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2/25.1940: 1st TelecastFEBRUARY 25, 1940: HOCKEY’S FIRST TELECAST

by John Halligan

The date passes quietly, as it always does, without notice or ado. It will no doubt do so again this year, when February 25 marks the 64th anniversary of hockey’s first televised game. The year was 1940, the Rangers versus the Montreal Canadiens at the “old” (or third) Madison Square Garden.

Sports on television are so pervasive and taken for granted nowadays that it is hard to believe there was once a time when “visual radio” was scoffed at, ridiculed and given little chance of making any significant impact with the general public.

We marvel today at the way ABC, ESPN, MSG Network, Fox Sports and others bring NHL games into our homes, complete with multiple cameras, replays, and countless innovations that make the world’s most exciting game even more exciting.

The first game ever televised was done with only one camera in a fixed position. The game probably attracted no more than a few hundred viewers, and garnered zero rating points. There were only about 300 television receivers in the New York area. Television manufacturers donated most of the sets to newspaper editors, critics, and advertising executives.

Some sets were purchased (the price was a hefty $660 apiece) by tavern owners. Viewers had to huddle directly in front of the set, because the screen only measured seven inches across, and certainly couldn’t be viewed from any distance.

The Rangers defeated Montreal that night by a score of 6-2. It was actually the third televised sporting event to appear on TV. Nine months earlier, the great Bill Stern called a college baseball game between Princeton and Columbia at New York’s Baker Field. The night before the Rangers game, on February 24, the National AAU Track and Field championships were aired from The Garden.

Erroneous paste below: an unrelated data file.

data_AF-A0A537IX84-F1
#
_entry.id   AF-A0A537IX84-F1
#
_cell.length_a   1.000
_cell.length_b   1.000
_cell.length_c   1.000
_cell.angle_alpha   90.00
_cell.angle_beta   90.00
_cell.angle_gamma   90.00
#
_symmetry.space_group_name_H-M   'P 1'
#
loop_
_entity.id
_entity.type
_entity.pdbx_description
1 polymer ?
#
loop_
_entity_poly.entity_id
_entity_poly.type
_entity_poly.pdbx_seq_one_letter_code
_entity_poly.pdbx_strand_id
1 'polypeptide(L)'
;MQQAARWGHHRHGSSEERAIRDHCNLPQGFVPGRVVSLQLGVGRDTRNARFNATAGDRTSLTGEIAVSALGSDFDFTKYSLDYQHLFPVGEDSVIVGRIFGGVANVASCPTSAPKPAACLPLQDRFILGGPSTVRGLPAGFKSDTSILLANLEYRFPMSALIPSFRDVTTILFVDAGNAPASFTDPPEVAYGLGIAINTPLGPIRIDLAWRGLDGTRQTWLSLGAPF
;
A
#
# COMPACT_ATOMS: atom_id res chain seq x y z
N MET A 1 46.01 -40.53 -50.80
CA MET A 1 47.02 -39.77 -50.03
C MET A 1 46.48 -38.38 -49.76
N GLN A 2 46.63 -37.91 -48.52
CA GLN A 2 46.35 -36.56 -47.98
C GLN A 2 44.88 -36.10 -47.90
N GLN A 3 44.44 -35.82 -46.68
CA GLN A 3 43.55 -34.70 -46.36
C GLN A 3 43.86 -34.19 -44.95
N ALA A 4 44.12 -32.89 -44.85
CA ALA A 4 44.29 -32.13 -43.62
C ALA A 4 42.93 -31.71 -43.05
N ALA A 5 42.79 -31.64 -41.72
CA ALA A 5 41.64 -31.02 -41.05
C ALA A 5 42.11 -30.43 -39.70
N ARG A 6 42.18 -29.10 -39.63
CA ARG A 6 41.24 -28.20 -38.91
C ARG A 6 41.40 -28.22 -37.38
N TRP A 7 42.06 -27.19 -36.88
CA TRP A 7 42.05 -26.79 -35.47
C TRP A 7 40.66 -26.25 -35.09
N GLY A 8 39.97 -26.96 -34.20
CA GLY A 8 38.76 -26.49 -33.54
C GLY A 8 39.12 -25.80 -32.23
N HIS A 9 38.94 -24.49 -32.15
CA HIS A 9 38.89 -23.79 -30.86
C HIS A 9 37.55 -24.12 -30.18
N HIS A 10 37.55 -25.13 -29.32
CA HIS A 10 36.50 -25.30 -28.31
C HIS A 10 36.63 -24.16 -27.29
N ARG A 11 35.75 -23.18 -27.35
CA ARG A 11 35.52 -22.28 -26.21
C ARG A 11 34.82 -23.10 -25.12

All of the events were carried on W2XBS, the experimental station of the National Broadcasting Company, then the leader in commercial radio.

The play-by-play announcer for the first hockey telecast was Skip Walz, a noted amateur athlete of the 1930s who had also done public address work for Manhattan College football and Brooklyn Dodgers baseball. For the sports telecasts, he called himself “Bill Allen,” because, he noted years later, “it seemed to roll off the tongue better.”

There was little or no attention given by the press to the presence of television at the historic game. Newspapers (there were eleven of them in New York City at the time) viewed TV (and radio as well) as a rival that could threaten circulation. Some publishers insisted that W2XBS pay advertising rates if it wanted to see its schedule in print. Television listings as we know them today were still decades away.

At the time of the first televised game, the Rangers and the Boston Bruins were locked in a heated battle for first place in the seven-team NHL. The Bruins eventually finished first by three points.

Television, quite obviously, agreed with the New York Rangers. They went on to win the 1940 Stanley Cup!

On radio as well, the Rangers proved to be pioneers in the National Hockey League. They were the first NHL team, starting in 1926, to put portions of their games on radio, pre-dating by a single season the fabled broadcasts of Foster Hewitt in Toronto.

Madison Square Garden, the Rangers home, purchased a radio station, and called it WMSG. As a general rule, hockey fans had either to stumble upon the broadcasts or learn of them by word of mouth, since the station’s frequency on the AM dial (FM hadn’t even been invented yet) changed often and newspapers treated the “new” medium with great disdain.

The voice of WMSG was a “hockey man”—Jack Filman, a native of Hamilton, Ontario, who was known for his rapid-fire staccato, play-by-play delivery.

“Filman made ‘the world’s fastest game’ seem even faster,” recalled Bill Cook, the Rangers’ first team captain. Although how Cook would know that remains a puzzle, since he (Cook) was working when Filman was working, and tape recorders hadn’t even been invented at the time.

Through the years, the Rangers have boasted a cornucopia of some of the greatest announcers in New York history. There were Marty Glickman, Bert Lee, Ward Wilson, Bud Palmer, Win Elliot, Spencer Ross, Sal Marchiano, Bill Mazer, Jim Gordon, Bill Chadwick, Mike Emrick, Tim Ryan, Howie Rose, Sal Messina, Marv Albert, Kenny Albert, Sam Rosen and John Davidson among others.

And for a single season, 1959-60, Winnipeg-born Monty Hall of Let’s Make A Deal television fame, was a Rangers’ radio analyst.


John Halligan currently serves as Director of Communications and Special Projects for the National Hockey League after spending 24 years with the New York Rangers as Public Relations Director, Business Manager and Vice President of Communications.

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